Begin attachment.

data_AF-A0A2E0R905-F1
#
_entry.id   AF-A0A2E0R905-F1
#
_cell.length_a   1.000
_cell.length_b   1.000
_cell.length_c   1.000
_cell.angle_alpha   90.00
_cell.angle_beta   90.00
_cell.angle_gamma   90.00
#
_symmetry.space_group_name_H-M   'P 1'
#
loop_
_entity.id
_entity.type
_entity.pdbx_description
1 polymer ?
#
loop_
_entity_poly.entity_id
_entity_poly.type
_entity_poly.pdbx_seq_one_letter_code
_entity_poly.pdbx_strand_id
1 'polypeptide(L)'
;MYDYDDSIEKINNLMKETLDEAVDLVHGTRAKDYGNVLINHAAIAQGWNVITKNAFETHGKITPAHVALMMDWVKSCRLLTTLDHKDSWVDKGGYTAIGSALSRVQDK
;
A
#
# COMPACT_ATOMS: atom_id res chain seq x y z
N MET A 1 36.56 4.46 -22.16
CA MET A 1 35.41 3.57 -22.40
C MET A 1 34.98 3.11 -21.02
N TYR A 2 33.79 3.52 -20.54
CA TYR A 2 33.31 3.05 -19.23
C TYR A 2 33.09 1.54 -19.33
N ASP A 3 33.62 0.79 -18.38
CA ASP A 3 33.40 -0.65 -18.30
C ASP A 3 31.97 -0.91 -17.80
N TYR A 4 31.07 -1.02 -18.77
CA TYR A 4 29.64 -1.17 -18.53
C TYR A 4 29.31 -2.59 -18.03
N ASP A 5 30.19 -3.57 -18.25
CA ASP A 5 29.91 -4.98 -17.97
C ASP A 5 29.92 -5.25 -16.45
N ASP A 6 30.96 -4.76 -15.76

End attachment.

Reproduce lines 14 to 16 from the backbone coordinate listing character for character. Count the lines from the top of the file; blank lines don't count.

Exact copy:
loop_
_entity.id
_entity.type